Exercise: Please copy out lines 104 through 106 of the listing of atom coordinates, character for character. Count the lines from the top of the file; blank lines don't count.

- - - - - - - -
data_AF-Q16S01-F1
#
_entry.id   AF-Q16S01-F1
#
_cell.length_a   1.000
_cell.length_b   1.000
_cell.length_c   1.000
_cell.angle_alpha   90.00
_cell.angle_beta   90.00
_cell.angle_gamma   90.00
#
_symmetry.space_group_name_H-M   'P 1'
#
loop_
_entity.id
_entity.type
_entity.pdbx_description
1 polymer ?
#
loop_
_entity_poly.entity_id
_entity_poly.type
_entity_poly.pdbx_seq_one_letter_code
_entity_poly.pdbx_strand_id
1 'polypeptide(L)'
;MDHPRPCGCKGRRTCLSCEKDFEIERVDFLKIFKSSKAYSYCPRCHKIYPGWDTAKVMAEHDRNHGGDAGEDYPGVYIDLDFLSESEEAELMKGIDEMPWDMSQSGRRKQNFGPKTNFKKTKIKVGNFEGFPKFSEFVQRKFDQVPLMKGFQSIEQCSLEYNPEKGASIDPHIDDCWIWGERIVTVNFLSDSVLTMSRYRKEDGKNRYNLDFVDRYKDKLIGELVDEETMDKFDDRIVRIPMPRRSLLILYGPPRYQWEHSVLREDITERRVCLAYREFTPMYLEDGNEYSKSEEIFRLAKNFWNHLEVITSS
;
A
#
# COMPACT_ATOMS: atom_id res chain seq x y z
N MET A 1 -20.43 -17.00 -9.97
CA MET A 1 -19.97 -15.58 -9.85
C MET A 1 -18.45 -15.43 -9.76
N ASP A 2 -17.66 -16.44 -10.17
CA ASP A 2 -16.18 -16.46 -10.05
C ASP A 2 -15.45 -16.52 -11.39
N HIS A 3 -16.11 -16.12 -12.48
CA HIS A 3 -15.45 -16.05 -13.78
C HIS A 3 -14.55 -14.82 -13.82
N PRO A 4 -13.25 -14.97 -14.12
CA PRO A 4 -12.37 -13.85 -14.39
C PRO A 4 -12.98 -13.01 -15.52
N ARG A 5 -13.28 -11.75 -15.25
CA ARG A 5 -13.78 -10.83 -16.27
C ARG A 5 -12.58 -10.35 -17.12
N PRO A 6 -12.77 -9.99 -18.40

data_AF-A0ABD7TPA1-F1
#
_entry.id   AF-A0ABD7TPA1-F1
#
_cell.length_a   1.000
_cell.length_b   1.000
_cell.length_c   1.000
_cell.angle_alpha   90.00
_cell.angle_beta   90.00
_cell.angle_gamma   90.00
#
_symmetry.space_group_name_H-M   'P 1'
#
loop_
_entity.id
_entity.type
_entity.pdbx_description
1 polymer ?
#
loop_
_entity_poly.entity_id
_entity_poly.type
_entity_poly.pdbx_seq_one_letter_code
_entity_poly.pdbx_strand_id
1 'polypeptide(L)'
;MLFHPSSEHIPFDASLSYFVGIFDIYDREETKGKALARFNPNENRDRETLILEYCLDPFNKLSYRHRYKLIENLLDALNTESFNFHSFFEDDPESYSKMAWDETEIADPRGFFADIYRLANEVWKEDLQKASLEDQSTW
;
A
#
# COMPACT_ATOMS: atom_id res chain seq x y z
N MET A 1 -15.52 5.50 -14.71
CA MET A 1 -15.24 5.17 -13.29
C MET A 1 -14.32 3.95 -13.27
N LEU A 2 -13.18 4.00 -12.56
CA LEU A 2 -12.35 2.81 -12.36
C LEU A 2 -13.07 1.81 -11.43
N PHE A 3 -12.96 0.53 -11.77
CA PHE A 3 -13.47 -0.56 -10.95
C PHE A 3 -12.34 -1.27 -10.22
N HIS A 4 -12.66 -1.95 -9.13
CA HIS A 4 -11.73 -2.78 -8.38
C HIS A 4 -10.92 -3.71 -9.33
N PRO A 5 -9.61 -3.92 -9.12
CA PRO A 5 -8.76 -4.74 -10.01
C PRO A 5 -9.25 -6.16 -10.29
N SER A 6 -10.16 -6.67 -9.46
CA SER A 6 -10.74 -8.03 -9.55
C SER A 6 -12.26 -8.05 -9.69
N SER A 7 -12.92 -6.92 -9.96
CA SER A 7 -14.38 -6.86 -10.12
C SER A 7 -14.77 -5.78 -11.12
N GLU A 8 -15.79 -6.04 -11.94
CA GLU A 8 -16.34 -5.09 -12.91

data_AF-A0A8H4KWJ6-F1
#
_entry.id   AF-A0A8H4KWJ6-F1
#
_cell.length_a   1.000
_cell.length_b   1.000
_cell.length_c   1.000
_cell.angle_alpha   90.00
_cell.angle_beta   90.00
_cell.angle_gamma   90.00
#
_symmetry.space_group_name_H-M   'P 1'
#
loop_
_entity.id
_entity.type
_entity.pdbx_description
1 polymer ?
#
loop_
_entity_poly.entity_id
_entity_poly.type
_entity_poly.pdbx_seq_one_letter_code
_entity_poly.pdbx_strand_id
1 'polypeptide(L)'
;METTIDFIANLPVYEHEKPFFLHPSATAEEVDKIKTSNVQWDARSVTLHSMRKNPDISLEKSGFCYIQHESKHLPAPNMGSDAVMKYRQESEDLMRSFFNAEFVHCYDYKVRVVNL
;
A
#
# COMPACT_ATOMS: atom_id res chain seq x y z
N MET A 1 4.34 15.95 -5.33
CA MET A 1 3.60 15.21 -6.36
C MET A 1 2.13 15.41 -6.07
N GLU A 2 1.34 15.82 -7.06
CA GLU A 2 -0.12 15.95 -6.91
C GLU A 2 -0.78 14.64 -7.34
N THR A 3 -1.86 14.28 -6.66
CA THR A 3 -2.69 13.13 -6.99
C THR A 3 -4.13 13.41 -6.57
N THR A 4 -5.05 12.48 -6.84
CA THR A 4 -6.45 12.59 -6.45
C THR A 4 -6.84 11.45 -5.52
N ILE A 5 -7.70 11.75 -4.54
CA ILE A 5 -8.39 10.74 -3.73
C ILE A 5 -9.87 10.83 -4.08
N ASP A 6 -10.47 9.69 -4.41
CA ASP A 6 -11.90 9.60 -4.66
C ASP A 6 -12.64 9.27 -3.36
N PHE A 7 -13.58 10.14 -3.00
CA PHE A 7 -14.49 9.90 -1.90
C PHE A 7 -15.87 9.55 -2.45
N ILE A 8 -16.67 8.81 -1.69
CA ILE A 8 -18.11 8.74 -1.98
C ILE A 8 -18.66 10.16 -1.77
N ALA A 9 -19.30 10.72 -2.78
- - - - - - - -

_cell.length_a   1.000
_cell.length_b   1.000
_cell.length_c   1.000